페이지 이미지
PDF
ePub

meet at Falkirk. The King's Army defeated. The Rebels

take possession of Falkirk — Tumult and Mutiny in their

Army. The Duke of Cumberland arrives at Edinburgh —

Marches to attack the Rebels — They retreat to the High-

lands. Escape, from the Castle of Downe, of the Volunteers

taken Prisoners after the Battle of Falkirk ..... 182

CHAPTER IX.
The Duke of Cumberland pursues the Rebels — Halts at Perth

— Sends several Detachments of his Army to different
Places. The Prince of Hesse, with a Body of his Troops,
escorted by Ships of War, arrives in the Frith of Forth.
The Duke of Cumberland comes from Perth to visit the
Prince of Hesse. A Council of War at Edinburgh. The
Duke of Cumberland returns to Perth — Sends several Regi-
ments to Dundee — Marches himself withthe main Body of
his Army to Aberdeen — Halts there some time. Charles
with a few Men at Moy, near Inverness. An attempt made
by Lord Loudon to seize him. The attempt defeated.
Charles assembles his Men — Marches fo Inverness. Lord
Loudon retreats to Ross-shire. Charles besieges the Castle
of Inverness. The Castle surrenders. Various Expeditions
of the Rebels while the Duke's Army lay at Aberdeen. Ac-
count of these Expeditions. An Order from Charles to the
Commanding Officers to desist from them, and join him at
Inverness ................ 176

CHAPTER X.

The Duke of Cumberland at Aberdeen. His Army leaves

Aberdeen — Proceeds towards Inverness. Skirmish at the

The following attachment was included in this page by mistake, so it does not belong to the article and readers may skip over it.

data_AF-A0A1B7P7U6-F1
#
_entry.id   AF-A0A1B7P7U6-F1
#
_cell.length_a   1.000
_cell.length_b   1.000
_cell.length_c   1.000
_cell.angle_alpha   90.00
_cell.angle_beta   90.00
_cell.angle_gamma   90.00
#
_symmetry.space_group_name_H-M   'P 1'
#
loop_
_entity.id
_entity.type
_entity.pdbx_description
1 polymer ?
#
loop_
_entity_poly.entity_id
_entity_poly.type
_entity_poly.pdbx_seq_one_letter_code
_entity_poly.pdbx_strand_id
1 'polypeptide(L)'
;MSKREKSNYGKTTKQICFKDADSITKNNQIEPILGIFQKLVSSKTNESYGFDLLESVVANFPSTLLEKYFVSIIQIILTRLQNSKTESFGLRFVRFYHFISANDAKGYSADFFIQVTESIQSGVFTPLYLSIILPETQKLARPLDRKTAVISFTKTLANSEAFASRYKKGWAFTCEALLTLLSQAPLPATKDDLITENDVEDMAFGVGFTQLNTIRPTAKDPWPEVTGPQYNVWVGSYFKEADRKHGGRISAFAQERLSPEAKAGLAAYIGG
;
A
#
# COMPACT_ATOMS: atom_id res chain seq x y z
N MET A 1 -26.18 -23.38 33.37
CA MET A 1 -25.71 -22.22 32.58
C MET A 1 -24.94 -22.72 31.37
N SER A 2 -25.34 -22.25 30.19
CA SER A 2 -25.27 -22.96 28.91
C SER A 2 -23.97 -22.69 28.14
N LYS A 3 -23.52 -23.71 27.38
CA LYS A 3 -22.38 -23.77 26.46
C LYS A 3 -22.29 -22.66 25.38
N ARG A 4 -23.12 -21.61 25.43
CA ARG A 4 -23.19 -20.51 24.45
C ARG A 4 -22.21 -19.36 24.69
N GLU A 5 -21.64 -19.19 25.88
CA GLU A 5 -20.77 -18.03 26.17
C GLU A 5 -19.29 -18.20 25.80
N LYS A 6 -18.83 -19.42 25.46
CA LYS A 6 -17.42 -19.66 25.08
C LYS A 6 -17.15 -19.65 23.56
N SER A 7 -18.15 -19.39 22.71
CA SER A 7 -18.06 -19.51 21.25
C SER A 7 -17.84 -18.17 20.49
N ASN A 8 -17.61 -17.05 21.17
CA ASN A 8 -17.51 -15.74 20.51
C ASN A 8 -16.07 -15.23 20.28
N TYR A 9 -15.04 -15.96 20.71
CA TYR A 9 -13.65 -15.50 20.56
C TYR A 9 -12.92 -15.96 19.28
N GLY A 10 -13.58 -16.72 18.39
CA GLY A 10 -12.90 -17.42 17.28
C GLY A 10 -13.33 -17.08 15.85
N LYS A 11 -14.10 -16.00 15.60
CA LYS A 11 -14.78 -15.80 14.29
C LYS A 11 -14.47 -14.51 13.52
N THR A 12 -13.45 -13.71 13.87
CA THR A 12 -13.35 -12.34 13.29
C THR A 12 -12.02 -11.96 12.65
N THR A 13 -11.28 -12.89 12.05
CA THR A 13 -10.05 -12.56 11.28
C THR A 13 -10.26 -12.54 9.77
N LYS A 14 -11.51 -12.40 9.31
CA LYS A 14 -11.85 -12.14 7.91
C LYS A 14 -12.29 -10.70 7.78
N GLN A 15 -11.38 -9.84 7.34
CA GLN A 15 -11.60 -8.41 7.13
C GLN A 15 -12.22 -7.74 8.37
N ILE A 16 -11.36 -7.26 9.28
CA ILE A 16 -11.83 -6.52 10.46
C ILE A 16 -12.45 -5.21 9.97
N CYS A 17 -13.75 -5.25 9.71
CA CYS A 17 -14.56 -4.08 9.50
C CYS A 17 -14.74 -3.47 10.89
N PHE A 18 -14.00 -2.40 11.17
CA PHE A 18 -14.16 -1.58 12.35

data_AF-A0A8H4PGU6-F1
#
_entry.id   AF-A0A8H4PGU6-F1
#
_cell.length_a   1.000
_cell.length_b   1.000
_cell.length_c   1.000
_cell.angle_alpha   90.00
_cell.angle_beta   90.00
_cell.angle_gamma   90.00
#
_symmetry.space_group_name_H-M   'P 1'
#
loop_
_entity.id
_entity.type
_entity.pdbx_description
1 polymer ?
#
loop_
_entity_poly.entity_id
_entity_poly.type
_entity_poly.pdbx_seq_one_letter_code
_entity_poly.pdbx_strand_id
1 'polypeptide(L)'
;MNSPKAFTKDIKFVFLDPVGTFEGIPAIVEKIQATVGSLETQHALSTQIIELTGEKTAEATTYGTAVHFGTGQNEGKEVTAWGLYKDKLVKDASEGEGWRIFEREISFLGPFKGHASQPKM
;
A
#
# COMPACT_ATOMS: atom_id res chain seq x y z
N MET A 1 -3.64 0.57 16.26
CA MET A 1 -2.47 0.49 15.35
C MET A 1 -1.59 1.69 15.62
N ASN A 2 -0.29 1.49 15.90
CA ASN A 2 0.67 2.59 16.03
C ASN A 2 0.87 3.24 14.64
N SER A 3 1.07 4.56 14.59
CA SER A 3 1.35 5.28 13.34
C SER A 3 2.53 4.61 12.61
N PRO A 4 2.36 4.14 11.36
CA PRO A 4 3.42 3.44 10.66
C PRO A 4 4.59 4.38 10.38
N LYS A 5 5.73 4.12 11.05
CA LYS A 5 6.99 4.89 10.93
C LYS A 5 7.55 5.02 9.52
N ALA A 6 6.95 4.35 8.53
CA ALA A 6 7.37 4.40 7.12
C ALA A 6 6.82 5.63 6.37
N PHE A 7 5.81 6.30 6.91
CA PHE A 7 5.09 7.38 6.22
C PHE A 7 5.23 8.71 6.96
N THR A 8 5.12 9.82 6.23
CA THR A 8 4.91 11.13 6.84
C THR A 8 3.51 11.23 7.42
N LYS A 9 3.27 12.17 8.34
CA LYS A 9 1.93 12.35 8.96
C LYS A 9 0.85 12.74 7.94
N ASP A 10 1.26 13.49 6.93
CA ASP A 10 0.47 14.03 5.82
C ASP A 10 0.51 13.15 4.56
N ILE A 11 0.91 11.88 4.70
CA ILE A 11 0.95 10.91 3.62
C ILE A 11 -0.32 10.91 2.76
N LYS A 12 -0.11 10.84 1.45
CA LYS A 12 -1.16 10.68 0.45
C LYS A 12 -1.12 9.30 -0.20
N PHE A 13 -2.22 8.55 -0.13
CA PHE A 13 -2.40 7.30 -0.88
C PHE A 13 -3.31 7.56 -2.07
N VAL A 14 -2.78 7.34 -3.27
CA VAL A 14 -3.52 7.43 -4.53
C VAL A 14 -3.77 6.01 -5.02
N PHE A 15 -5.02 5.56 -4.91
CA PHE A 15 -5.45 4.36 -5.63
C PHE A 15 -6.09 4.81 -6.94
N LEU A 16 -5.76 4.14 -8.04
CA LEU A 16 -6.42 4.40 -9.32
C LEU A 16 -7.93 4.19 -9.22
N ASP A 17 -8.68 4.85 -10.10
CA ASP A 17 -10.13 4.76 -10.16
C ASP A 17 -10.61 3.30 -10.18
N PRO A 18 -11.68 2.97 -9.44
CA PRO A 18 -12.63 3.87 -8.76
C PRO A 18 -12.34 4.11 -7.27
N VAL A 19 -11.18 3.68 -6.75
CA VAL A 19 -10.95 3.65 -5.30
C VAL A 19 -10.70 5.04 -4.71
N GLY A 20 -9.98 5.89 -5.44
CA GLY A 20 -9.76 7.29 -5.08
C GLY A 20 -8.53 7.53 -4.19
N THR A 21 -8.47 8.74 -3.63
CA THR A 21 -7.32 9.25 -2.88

Bridge of Nairne. The Rear-guard of the Rebels retreats

— The Van-guard of the Duke's Army pursues. Charles

comes up with a Body of his Troops. The Van-guard of

the Duke's Army retreats — .Joins their main Body. Design

of a Night Attack. Night March of the Rebels. The De-

sign frustrated. The Rebels retreat to Culloden. March

of the Duke of Cumberland to attack them. Defeat and

Dispersion of the Rebel Army .......... 197

FAOK.

CHAPTER XI.

Circumstances and Incidents at the Battle of Culloden. Num-
ber of the Slain in both Armies. Fate of the Chiefs who
commanded the Highland Regiments that attacked the
King's Army. Route of Charles when he left the Field—
Crosses the River of Nairn—Halts there some time—Goes
to Gorthleek—Sees Lord Lovat—Travels through the High-
lands to Boradale—Embarks for the Long Island—His
Danger and Distress there—Returns to the Main-land—
His Distress does not abate—Joins Lochiel and Cluny—
Lives with them in the Great Mountain Renalder. Notice
comes that two French Frigates are arrived at Boradale.
He travels to Boradale—Embarks, and lands in France 222

I PAGE.

X. Letter—Lord Milton to the Marquis of Tweedale liruu-

stane, August 20th, 1745 874

XI. Letter from the Marquis of Tweedale to Lord Milton.

Whitehall, August 22d, 1745 275

XII. Letter—Marquis of Tweedale to Lord Milton. Whitehall,

24th August, 1745 276

XIII. Letter—Lord Milton to the Marquis of Tweedale. Brun-

stane, 29th August, 1745 278

XIV. Letter—Marquis of Tweedale to Lord Milton. White-

hall, 29th August, 1745 280

XV. Letter from the Marquis of Tweedale to Lord Milton.

Whitehall, 3d September, 1745 281

XVI. Letter—Lord Milton to the Marquis of Tweedale. Edin-